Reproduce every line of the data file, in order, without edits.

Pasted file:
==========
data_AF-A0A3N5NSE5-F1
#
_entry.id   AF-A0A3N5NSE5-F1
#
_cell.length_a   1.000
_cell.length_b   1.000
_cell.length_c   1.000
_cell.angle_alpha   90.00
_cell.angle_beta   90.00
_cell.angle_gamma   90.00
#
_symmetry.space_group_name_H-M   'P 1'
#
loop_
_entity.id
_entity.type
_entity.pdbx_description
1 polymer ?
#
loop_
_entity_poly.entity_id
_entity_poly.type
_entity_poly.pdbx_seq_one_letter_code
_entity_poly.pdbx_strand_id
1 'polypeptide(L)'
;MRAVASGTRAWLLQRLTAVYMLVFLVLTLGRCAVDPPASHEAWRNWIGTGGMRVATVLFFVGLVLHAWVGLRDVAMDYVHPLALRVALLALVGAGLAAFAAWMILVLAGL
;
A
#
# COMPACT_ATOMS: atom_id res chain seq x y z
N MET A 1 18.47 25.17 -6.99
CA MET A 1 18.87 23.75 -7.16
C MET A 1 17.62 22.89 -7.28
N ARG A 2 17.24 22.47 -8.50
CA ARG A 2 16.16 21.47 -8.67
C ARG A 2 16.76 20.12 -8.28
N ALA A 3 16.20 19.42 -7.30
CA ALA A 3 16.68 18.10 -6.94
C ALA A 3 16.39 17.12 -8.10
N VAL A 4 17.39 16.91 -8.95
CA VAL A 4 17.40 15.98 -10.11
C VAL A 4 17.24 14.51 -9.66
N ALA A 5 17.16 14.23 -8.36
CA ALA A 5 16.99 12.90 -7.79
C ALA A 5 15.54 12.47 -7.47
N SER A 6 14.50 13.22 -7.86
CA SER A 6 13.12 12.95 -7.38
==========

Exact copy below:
data_AF-A0A3N5NSE5-F1
#
_entry.id   AF-A0A3N5NSE5-F1
#
_cell.length_a   1.000
_cell.length_b   1.000
_cell.length_c   1.000
_cell.angle_alpha   90.00
_cell.angle_beta   90.00
_cell.angle_gamma   90.00
#
_symmetry.space_group_name_H-M   'P 1'
#
loop_
_entity.id
_entity.type
_entity.pdbx_description
1 polymer ?
#
loop_
_entity_poly.entity_id
_entity_poly.type
_entity_poly.pdbx_seq_one_letter_code
_entity_poly.pdbx_strand_id
1 'polypeptide(L)'
;MRAVASGTRAWLLQRLTAVYMLVFLVLTLGRCAVDPPASHEAWRNWIGTGGMRVATVLFFVGLVLHAWVGLRDVAMDYVHPLALRVALLALVGAGLAAFAAWMILVLAGL
;
A
#
# COMPACT_ATOMS: atom_id res chain seq x y z
N MET A 1 18.47 25.17 -6.99
CA MET A 1 18.87 23.75 -7.16
C MET A 1 17.62 22.89 -7.28
N ARG A 2 17.24 22.47 -8.50
CA ARG A 2 16.16 21.47 -8.67
C ARG A 2 16.76 20.12 -8.28
N ALA A 3 16.20 19.42 -7.30
CA ALA A 3 16.68 18.10 -6.94
C ALA A 3 16.39 17.12 -8.10
N VAL A 4 17.39 16.91 -8.95
CA VAL A 4 17.40 15.98 -10.11
C VAL A 4 17.24 14.51 -9.66
N ALA A 5 17.16 14.23 -8.36
CA ALA A 5 16.99 12.90 -7.79
C ALA A 5 15.54 12.47 -7.47
N SER A 6 14.50 13.22 -7.86
CA SER A 6 13.12 12.95 -7.38